Detonation; explosion; eruption; all pale descriptors of the blast and blue-tongued hell-fire which shrieked up the timber-stakes. Those Damned who had been too near the epicenter were pulverized. They slammed into the dirt, some with their legs sheared at the knee or the skin singed from their skulls. Others were struck by globs of liquid-flame and became shambling torches unto themselves.
The wick Sherwin had laid behind them caught fire, spreading down the road something rapid. The blue streak snaked fast, leaving red and orange flames in its wake. Yule could envision the JAIL burning, the Meekses remains bubbling inside, the bordello smoldering, the whole town turning to ash. Ahead of him, Westman's gates were becoming black smoke. The palisades were becoming fuck-all but tall matchsticks.
Yule was warmed not only by the fire, but again by pride. He forgave himself, for he wagered it was the sort of manly pride even peaceful fellers sometimes felt during wartime. He climbed back upon the paint. Misty snuggled against him.
Then there came a second explosion and the survivors all startled.
Rex Westman rode out from his burning sanctuary upon a black stallion, dark as the smoke from which it emerged. His forty-five spat thunder into the skulls of shamblers who dared block his way. His escape mashed the broken creeps beneath the stallion's hooves.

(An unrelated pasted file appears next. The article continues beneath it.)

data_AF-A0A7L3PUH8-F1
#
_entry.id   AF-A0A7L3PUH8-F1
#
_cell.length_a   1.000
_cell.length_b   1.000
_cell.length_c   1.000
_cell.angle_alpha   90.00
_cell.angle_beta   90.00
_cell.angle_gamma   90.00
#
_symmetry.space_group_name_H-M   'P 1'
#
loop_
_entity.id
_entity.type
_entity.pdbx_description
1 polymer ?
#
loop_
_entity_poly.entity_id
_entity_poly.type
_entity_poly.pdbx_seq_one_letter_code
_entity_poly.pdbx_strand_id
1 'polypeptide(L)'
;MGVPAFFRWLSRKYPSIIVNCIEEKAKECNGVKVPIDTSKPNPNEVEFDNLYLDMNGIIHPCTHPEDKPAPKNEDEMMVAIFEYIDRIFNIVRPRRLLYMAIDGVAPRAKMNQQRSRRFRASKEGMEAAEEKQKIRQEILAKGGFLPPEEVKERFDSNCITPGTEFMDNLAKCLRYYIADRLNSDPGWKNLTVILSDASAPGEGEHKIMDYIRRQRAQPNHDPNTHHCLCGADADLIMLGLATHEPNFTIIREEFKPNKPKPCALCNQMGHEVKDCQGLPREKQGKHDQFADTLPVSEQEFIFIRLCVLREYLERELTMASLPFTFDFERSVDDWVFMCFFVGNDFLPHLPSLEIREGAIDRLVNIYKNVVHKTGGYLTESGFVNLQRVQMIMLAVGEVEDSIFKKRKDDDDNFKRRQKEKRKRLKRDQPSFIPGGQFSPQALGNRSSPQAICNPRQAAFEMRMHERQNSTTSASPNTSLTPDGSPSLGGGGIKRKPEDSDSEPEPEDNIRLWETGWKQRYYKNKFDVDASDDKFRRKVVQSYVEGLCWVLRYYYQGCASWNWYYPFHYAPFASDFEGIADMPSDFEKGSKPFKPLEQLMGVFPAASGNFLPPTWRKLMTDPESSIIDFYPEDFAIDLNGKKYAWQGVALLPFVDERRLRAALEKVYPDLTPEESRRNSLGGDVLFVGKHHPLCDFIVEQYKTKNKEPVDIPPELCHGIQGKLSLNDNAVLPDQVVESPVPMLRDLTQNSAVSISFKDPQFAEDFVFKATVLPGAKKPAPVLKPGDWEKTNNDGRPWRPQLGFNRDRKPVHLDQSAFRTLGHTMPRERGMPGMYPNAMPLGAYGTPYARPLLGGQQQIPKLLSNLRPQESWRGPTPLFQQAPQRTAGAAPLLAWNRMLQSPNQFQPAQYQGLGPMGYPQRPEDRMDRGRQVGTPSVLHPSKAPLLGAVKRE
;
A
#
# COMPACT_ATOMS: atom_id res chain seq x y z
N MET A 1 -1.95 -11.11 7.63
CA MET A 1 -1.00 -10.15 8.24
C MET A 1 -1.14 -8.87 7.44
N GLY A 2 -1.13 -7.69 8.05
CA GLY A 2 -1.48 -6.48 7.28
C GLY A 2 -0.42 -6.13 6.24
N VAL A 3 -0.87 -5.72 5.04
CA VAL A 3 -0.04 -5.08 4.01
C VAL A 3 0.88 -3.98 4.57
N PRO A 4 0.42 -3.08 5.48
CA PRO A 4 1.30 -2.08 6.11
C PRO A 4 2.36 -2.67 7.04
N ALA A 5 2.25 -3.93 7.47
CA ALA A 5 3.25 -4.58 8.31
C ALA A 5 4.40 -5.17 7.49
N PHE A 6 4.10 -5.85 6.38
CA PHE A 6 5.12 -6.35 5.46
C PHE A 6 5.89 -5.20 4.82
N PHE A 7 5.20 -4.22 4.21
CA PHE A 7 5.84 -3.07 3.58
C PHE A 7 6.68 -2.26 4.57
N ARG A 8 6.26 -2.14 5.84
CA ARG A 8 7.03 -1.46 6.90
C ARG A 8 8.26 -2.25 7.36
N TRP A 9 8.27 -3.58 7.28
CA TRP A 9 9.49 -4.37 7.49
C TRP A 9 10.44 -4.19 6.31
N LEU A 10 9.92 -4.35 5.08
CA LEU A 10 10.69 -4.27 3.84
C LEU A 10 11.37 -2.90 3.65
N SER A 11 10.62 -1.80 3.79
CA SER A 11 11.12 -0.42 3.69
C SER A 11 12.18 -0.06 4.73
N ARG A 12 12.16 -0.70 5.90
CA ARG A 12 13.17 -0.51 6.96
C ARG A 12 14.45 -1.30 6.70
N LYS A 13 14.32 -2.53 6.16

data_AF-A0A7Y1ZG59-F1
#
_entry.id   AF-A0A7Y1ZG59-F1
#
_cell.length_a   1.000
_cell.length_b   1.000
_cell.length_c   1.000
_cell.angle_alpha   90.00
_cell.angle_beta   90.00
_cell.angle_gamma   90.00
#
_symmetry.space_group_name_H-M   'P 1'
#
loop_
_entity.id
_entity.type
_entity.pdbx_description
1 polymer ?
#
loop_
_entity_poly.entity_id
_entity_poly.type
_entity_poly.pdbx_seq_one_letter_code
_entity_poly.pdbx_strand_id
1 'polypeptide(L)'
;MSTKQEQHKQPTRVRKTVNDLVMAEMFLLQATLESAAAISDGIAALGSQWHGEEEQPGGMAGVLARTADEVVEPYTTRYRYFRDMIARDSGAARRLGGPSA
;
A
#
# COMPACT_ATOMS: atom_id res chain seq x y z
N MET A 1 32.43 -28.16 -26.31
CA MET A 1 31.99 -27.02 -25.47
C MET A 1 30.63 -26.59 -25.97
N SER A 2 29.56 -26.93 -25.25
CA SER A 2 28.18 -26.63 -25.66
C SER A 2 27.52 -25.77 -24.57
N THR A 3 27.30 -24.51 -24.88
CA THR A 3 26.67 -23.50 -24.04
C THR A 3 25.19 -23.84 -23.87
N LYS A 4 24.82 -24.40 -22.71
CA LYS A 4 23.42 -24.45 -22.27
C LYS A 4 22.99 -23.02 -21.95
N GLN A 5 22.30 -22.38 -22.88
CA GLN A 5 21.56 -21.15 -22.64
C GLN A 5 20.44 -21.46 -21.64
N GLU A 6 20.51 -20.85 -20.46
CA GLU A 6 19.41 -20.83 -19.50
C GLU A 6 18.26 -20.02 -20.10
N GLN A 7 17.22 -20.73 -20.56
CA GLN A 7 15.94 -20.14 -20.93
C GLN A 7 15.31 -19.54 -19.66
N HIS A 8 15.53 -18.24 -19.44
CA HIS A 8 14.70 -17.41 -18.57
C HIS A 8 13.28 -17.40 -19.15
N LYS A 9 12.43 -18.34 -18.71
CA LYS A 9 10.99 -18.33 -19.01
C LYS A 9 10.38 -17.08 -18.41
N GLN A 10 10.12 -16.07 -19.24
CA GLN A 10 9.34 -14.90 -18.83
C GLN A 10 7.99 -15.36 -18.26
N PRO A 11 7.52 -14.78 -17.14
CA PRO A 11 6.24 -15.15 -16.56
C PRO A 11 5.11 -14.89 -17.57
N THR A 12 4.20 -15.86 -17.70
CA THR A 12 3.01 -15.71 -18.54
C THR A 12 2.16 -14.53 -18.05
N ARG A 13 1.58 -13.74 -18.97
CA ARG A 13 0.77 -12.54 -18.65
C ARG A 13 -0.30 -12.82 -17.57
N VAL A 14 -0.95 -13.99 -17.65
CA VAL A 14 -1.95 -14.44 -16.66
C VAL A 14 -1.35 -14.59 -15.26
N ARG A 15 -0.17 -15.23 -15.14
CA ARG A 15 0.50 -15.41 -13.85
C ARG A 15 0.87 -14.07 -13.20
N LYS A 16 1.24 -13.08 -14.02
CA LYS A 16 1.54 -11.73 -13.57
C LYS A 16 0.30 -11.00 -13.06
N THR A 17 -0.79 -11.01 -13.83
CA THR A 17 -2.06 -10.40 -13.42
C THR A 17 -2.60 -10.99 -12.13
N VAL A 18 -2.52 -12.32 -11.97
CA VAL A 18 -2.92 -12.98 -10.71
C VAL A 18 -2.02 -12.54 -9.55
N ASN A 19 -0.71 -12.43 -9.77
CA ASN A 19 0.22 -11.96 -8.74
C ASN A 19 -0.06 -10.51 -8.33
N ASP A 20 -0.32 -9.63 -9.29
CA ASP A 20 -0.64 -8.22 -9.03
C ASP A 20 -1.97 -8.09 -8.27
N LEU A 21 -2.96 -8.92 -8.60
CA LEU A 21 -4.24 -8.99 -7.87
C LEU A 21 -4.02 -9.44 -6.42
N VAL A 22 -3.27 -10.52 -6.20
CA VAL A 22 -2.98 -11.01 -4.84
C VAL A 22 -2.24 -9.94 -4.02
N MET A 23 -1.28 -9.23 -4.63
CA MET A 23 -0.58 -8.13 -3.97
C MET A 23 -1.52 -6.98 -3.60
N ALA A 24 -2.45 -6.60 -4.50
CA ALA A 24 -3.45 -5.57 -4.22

“Westman!” the Sheriff hollered. “Halt!”
But Rex Westman wasn't apt to obey. On horseback he thundered along the crossroad, trampling the Damned as his flight demanded. Not once did he look back. Heat drew simmering lines in the air, warping the road between him and the survivors, but it was plain for them to see – Rex was getting away.
“After him!” Yule screamed. He kicked his paint and the chase was on.
The Sheriff snapped the reins and the Appaloosa was unleashed upon the wounded horde. Incensed, the mare blazed a trail between twitching, smoldering ghoul-corpses. Yule had to try and keep up. Westman's stallion and the mighty Appaloosa were pulling away right from the get-go. They were beasts built for the chase, bred for speed, with hard-packed hip-musculature launching them forward one vault after another.
But Yule's pony was of a mellower strain. It was being outpaced by the dog. Yule knew he never should have kicked it. Rides prior had taught him that his gentle mount took encouragement better than abuse.
He leaned forward and whispered right in its ear, “You are such a swift pony – so strong and so brave!”
Up yonder, Rex had already come to the crossroads. There he veered east and headed out of Red Junction. The Appaloosa wasn't far behind.
Renewed by his praise, Yule’s paint found a second wind and galloped along the infernal avenue. Misty had to hold on around his waist with her good hand, her bad-hand cringing whenever it made contact with anything. Yule felt the baby wedged between his back and her front. The most treacherous Damned were gnashing their teeth upon their charred and crushed brethren, snatching up blown-off limbs and gnawing relentless-like. But there were still discerning shamblers whose lust was for live-blood only – and they pursued the slower paint.
Yule knew he had but a single shot remaining in his pistol, and that he should not spend it on any of these fiends.
Fate meant for him to put it in Rex Westman.